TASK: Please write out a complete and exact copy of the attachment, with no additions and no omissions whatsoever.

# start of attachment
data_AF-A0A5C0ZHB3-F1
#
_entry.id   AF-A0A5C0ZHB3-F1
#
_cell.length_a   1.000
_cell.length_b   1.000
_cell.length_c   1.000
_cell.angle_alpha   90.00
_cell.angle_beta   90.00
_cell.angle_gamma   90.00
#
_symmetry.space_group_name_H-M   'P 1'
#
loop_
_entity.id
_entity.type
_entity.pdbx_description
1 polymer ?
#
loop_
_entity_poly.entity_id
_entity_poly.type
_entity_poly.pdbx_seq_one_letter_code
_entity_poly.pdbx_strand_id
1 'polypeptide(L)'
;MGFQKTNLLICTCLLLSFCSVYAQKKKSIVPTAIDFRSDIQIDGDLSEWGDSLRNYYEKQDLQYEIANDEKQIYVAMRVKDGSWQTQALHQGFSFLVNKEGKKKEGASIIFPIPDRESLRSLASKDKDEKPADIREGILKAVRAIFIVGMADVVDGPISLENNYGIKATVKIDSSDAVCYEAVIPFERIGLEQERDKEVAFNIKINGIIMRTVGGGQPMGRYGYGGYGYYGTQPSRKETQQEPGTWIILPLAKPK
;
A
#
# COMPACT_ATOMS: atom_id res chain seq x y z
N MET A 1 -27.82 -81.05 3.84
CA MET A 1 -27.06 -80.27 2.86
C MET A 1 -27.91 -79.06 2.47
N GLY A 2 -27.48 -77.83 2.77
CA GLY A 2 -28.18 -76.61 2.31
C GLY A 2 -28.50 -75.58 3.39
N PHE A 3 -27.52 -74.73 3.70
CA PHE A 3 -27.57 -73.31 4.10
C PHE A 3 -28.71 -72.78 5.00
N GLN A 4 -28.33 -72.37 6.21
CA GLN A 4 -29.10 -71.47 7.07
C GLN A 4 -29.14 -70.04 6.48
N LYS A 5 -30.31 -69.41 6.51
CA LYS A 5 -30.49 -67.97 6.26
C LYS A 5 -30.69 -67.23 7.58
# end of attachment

data_AF-A0A5C0ZHB3-F1
#
_entry.id   AF-A0A5C0ZHB3-F1
#
_cell.length_a   1.000
_cell.length_b   1.000
_cell.length_c   1.000
_cell.angle_alpha   90.00
_cell.angle_beta   90.00
_cell.angle_gamma   90.00
#
_symmetry.space_group_name_H-M   'P 1'
#
loop_
_entity.id
_entity.type
_entity.pdbx_description
1 polymer ?
#
loop_
_entity_poly.entity_id
_entity_poly.type
_entity_poly.pdbx_seq_one_letter_code
_entity_poly.pdbx_strand_id
1 'polypeptide(L)'
;MGFQKTNLLICTCLLLSFCSVYAQKKKSIVPTAIDFRSDIQIDGDLSEWGDSLRNYYEKQDLQYEIANDEKQIYVAMRVKDGSWQTQALHQGFSFLVNKEGKKKEGASIIFPIPDRESLRSLASKDKDEKPADIREGILKAVRAIFIVGMADVVDGPISLENNYGIKATVKIDSSDAVCYEAVIPFERIGLEQERDKEVAFNIKINGIIMRTVGGGQPMGRYGYGGYGYYGTQPSRKETQQEPGTWIILPLAKPK
;
A
#
# COMPACT_ATOMS: atom_id res chain seq x y z
N MET A 1 -27.82 -81.05 3.84
CA MET A 1 -27.06 -80.27 2.86
C MET A 1 -27.91 -79.06 2.47
N GLY A 2 -27.48 -77.83 2.77
CA GLY A 2 -28.18 -76.61 2.31
C GLY A 2 -28.50 -75.58 3.39
N PHE A 3 -27.52 -74.73 3.70
CA PHE A 3 -27.57 -73.31 4.10
C PHE A 3 -28.71 -72.78 5.00
N GLN A 4 -28.33 -72.37 6.21
CA GLN A 4 -29.10 -71.47 7.07
C GLN A 4 -29.14 -70.04 6.48
N LYS A 5 -30.31 -69.41 6.51
CA LYS A 5 -30.49 -67.97 6.26
C LYS A 5 -30.69 -67.23 7.58